Step 1 – Importing the Libraries

As we all know, the first step is to import libraries that are necessary to preprocess the stock data of Microsoft Corporation and the other required libraries for building and visualising the outputs of the LSTM model. For this, we will use the Keras library under the TensorFlow framework. The required modules are imported from the Keras library individually.

#Importing the Libraries

import pandas as PD

import NumPy as np

%matplotlib inline

import matplotlib. pyplot as plt

import matplotlib

from sklearn. Preprocessing import MinMaxScaler

from Keras. layers import LSTM, Dense, Dropout

from sklearn.model_selection import TimeSeriesSplit

from sklearn.metrics import mean_squared_error, r2_score

import matplotlib. dates as mandates

from sklearn. Preprocessing import MinMaxScaler

from sklearn import linear_model

from Keras. Models import Sequential

from Keras. Layers import Dense

import Keras. Backend as K

from Keras. Callbacks import EarlyStopping

from Keras. Optimisers import Adam

from Keras. Models import load_model

from Keras. Layers import LSTM

from Keras. utils.vis_utils import plot_model

Step 2 – Getting Visualising the Data

Using the Pandas Data reader library, we shall upload the local system’s stock data as a Comma Separated Value (.csv) file and store it to a pandas DataFrame. Finally, we shall also view the data.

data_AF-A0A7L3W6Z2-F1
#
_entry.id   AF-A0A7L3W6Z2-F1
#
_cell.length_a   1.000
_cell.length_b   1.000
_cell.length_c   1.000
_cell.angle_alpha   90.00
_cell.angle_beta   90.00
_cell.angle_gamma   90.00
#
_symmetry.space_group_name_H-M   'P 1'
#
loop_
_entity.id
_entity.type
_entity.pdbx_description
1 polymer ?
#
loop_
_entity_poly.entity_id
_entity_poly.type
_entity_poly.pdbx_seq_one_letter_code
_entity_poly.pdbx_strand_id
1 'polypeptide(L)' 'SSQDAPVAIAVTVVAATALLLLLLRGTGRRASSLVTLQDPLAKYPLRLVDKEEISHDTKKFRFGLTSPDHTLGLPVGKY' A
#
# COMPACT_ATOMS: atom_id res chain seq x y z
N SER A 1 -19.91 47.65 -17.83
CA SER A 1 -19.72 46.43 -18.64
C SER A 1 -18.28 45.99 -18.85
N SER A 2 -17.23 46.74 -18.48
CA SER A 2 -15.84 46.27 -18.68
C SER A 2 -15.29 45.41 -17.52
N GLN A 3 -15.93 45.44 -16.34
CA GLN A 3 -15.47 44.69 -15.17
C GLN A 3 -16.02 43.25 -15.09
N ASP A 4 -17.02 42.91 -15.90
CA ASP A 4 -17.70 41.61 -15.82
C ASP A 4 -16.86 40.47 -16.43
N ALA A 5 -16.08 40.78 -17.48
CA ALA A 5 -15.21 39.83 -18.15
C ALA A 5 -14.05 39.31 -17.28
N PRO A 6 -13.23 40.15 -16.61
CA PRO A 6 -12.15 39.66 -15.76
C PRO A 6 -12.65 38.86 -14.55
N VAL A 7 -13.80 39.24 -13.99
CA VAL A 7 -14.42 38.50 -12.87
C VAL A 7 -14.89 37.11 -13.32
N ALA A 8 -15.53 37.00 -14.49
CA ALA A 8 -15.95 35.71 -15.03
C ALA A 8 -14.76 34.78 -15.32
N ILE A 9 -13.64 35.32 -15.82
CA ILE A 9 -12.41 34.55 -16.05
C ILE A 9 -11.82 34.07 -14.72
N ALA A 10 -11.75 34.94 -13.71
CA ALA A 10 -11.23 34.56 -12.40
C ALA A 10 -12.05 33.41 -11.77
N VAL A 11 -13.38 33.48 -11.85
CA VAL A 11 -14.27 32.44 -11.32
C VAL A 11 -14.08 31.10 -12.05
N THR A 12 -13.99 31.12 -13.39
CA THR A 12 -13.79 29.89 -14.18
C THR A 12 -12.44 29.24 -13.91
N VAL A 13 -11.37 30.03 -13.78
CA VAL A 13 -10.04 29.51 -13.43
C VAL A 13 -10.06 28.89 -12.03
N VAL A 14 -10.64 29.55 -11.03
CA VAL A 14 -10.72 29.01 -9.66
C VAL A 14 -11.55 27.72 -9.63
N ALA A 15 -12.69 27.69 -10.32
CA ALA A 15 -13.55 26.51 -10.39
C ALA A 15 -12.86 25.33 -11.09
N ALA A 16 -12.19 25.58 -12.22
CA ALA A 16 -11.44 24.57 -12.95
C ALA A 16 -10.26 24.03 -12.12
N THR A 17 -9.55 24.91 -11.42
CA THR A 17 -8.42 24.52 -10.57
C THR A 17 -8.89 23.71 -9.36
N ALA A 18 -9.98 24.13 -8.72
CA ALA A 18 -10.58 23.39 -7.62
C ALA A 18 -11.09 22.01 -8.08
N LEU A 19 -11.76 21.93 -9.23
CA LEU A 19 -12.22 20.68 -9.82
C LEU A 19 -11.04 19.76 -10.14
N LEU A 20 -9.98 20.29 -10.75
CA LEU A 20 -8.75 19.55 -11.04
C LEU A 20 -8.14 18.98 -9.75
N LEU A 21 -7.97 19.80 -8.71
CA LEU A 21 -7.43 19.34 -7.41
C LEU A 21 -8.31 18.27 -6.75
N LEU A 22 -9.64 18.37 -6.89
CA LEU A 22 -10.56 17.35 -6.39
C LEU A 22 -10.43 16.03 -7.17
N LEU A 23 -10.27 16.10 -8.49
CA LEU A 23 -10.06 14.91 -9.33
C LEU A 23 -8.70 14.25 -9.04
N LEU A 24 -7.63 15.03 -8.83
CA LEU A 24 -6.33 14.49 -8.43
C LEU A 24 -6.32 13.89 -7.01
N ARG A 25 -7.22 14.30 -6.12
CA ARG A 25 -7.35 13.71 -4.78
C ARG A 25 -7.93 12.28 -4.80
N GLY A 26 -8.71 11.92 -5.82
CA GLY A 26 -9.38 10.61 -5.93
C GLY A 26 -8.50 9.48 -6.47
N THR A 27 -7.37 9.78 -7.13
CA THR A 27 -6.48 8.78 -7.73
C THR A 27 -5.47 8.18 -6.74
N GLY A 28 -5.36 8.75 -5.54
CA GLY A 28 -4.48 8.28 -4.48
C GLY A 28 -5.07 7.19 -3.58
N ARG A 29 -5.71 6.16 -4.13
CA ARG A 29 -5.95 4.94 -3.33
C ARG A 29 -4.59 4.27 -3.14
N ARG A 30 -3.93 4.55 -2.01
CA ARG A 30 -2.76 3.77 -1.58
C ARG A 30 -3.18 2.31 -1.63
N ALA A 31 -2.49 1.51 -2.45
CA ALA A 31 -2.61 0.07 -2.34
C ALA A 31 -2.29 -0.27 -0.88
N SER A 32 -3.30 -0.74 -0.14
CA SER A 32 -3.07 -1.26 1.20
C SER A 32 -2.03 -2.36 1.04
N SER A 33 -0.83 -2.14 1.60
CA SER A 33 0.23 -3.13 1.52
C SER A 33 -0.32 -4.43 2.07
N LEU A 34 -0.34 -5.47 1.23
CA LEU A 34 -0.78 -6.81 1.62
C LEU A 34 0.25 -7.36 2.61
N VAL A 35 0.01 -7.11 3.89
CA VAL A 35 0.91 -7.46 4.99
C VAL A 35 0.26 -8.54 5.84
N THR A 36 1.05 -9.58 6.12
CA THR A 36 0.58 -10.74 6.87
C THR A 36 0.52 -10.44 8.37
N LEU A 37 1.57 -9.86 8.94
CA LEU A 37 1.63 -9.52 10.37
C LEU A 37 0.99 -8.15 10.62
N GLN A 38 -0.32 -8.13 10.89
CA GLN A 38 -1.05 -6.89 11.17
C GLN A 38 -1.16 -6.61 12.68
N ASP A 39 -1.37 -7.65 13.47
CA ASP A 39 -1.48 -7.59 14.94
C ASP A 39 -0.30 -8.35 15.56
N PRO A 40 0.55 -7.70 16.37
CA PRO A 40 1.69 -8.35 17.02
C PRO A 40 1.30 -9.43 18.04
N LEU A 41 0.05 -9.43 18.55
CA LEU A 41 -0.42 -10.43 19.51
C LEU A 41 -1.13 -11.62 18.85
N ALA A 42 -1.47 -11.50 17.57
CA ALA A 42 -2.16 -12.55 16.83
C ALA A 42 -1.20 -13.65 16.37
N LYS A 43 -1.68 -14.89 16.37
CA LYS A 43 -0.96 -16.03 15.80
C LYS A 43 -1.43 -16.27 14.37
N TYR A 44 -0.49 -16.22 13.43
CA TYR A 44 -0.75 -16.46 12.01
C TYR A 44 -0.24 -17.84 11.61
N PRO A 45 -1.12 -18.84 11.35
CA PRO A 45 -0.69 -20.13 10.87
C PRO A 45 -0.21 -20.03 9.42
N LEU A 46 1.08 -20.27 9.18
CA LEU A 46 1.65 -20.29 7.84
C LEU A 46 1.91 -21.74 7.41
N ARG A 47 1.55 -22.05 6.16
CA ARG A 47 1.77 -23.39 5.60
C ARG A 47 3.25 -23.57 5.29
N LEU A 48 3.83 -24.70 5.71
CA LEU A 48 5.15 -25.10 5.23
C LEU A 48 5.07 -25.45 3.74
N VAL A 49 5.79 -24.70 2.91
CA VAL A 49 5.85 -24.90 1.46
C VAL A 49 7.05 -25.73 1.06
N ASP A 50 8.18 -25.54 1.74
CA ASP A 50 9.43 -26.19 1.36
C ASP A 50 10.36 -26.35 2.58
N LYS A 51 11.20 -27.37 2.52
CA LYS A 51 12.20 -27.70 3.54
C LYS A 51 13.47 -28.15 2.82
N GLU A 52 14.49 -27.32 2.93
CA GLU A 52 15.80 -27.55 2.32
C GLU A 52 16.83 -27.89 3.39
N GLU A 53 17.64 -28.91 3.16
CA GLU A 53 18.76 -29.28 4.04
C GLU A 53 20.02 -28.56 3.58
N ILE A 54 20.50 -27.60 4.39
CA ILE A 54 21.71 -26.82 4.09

#Get the Dataset

df = pd.read_csv(“MicrosoftStockData.csv”,na_values=[‘null’],index_col=’Date’,parse_dates=True,infer_datetime_format=True)


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Step 3 – Print the DataFrame Shape and Check for Null Values. 

In this yet another crucial step, we first print the shape of the dataset. To make sure that there are no null values in the data frame, we check for them. The presence of null values in the dataset tend to cause problems during training as they act as outliers causing a wide variance in the training process.

#Print Dataframe shape and Check for Null Values

print(“Dataframe Shape: “, df. shape)

print(“Null Value Present: “, df.IsNull().values.any())

>> Dataframe Shape: (7334, 6)

>>Null Value Present: False


Date Open High Low Close Adj Close Volume
1990-01-02 0.605903 0.616319 0.598090 0.616319 0.447268 53033600
1990-01-03 0.621528 0.626736 0.614583 0.619792 0.449788 113772800